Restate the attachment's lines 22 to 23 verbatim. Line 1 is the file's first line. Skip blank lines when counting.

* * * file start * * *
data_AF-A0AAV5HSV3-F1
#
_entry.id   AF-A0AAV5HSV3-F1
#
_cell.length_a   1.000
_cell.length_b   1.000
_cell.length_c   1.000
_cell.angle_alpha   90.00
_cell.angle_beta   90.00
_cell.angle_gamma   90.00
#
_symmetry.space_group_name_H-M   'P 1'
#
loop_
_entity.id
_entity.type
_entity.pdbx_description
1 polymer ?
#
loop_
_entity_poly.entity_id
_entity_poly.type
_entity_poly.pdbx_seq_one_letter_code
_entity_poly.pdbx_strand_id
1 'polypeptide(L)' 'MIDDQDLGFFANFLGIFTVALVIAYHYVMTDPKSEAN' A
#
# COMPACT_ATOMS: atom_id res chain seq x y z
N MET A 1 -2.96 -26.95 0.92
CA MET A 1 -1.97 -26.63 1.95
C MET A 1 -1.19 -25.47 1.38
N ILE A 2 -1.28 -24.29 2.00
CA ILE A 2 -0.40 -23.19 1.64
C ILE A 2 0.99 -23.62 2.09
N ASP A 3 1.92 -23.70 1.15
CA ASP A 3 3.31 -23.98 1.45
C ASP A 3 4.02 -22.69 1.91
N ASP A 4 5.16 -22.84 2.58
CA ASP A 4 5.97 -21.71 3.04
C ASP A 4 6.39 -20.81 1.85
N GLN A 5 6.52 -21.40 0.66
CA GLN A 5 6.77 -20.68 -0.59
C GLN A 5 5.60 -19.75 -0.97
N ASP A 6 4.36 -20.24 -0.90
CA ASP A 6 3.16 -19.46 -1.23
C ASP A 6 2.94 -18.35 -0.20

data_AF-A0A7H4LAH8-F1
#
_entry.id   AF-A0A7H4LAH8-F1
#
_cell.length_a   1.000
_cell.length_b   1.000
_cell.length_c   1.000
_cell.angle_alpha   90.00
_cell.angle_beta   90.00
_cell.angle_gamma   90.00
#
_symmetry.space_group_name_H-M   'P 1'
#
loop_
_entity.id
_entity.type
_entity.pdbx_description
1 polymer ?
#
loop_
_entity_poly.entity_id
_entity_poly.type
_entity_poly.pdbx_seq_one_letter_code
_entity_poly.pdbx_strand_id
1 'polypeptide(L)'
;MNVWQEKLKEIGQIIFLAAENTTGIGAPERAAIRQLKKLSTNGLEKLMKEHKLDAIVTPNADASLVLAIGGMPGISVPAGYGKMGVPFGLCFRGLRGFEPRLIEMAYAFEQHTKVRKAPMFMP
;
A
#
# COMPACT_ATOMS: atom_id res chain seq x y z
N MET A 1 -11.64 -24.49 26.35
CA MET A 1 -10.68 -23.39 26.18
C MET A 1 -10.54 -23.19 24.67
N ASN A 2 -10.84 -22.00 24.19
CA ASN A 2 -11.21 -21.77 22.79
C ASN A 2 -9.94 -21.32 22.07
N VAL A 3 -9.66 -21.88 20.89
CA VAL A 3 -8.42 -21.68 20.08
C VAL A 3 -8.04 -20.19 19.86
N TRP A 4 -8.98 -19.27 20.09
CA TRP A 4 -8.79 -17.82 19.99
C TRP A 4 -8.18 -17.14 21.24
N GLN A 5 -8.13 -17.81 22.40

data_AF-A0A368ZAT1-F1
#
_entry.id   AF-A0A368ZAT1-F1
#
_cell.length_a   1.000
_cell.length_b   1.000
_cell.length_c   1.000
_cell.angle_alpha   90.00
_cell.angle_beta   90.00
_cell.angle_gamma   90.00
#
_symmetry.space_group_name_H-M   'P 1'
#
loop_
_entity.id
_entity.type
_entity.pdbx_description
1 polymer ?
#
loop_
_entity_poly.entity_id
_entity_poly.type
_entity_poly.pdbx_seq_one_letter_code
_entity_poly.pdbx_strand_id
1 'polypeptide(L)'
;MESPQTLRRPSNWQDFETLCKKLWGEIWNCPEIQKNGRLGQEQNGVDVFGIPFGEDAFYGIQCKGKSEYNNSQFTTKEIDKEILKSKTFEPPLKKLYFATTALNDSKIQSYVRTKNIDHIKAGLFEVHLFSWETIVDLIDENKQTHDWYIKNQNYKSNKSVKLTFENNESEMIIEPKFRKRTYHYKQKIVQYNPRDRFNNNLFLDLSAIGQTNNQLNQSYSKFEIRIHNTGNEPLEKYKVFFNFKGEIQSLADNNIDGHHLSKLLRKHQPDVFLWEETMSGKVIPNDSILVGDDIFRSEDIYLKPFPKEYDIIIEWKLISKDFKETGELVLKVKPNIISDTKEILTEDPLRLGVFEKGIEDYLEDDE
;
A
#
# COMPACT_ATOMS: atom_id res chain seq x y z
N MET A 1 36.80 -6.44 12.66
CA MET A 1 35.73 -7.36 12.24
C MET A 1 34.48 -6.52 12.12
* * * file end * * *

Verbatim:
_entity_poly.type
_entity_poly.pdbx_seq_one_letter_code